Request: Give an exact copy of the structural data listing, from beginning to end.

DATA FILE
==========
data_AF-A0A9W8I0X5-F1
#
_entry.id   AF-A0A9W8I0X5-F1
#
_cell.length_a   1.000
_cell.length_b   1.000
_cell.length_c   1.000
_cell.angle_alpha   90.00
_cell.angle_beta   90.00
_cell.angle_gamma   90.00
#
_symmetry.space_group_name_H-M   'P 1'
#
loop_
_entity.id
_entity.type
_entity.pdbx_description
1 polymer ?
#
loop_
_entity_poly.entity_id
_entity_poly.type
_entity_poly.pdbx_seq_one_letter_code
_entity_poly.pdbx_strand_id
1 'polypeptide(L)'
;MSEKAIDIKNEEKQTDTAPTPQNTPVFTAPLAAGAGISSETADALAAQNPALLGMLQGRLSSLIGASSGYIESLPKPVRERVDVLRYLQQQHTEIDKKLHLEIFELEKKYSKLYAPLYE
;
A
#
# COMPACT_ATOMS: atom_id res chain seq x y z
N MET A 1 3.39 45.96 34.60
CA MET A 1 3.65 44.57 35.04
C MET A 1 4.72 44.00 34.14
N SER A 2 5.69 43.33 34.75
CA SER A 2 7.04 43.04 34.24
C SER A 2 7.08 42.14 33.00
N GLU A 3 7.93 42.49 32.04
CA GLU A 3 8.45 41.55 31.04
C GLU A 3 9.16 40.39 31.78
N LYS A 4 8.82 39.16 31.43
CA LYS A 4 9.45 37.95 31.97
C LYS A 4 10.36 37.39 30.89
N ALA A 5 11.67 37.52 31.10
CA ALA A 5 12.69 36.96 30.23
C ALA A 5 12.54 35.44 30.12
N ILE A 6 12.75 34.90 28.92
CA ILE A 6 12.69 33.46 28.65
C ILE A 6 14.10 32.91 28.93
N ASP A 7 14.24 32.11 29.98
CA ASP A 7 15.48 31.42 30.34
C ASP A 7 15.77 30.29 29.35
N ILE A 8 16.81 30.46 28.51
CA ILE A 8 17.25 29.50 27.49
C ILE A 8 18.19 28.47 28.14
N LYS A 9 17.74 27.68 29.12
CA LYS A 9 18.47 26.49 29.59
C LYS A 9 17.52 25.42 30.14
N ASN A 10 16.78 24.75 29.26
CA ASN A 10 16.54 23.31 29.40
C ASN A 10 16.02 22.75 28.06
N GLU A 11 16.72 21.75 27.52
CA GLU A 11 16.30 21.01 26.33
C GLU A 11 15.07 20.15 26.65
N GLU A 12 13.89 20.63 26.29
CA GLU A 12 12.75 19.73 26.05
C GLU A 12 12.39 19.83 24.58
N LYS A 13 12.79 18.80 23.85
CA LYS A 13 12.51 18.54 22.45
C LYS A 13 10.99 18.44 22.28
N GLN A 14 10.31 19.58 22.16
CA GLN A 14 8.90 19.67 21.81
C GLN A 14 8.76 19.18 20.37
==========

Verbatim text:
data_AF-A0A9W8I0X5-F1
#
_entry.id   AF-A0A9W8I0X5-F1
#
_cell.length_a   1.000
_cell.length_b   1.000
_cell.length_c   1.000
_cell.angle_alpha   90.00
_cell.angle_beta   90.00
_cell.angle_gamma   90.00
#
_symmetry.space_group_name_H-M   'P 1'
#
loop_
_entity.id
_entity.type
_entity.pdbx_description
1 polymer ?
#
loop_
_entity_poly.entity_id
_entity_poly.type
_entity_poly.pdbx_seq_one_letter_code
_entity_poly.pdbx_strand_id
1 'polypeptide(L)'
;MSEKAIDIKNEEKQTDTAPTPQNTPVFTAPLAAGAGISSETADALAAQNPALLGMLQGRLSSLIGASSGYIESLPKPVRERVDVLRYLQQQHTEIDKKLHLEIFELEKKYSKLYAPLYE
;
A
#
# COMPACT_ATOMS: atom_id res chain seq x y z
N MET A 1 3.39 45.96 34.60
CA MET A 1 3.65 44.57 35.04
C MET A 1 4.72 44.00 34.14
N SER A 2 5.69 43.33 34.75
CA SER A 2 7.04 43.04 34.24
C SER A 2 7.08 42.14 33.00
N GLU A 3 7.93 42.49 32.04
CA GLU A 3 8.45 41.55 31.04
C GLU A 3 9.16 40.39 31.78
N LYS A 4 8.82 39.16 31.43
CA LYS A 4 9.45 37.95 31.97
C LYS A 4 10.36 37.39 30.89
N ALA A 5 11.67 37.52 31.10
CA ALA A 5 12.69 36.96 30.23
C ALA A 5 12.54 35.44 30.12
N ILE A 6 12.75 34.90 28.92
CA ILE A 6 12.69 33.46 28.65
C ILE A 6 14.10 32.91 28.93
N ASP A 7 14.24 32.11 29.98
CA ASP A 7 15.48 31.42 30.34
C ASP A 7 15.77 30.29 29.35
N ILE A 8 16.81 30.46 28.51
CA ILE A 8 17.25 29.50 27.49
C ILE A 8 18.19 28.47 28.14
N LYS A 9 17.74 27.68 29.12
CA LYS A 9 18.47 26.49 29.59
C LYS A 9 17.52 25.42 30.14
N ASN A 10 16.78 24.75 29.26
CA ASN A 10 16.54 23.31 29.40
C ASN A 10 16.02 22.75 28.06
N GLU A 11 16.72 21.75 27.52
CA GLU A 11 16.30 21.01 26.33
C GLU A 11 15.07 20.15 26.65
N GLU A 12 13.89 20.63 26.29
CA GLU A 12 12.75 19.73 26.05
C GLU A 12 12.39 19.83 24.58
N LYS A 13 12.79 18.80 23.85
CA LYS A 13 12.51 18.54 22.45
C LYS A 13 10.99 18.44 22.28
N GLN A 14 10.31 19.58 22.16
CA GLN A 14 8.90 19.67 21.81
C GLN A 14 8.76 19.18 20.37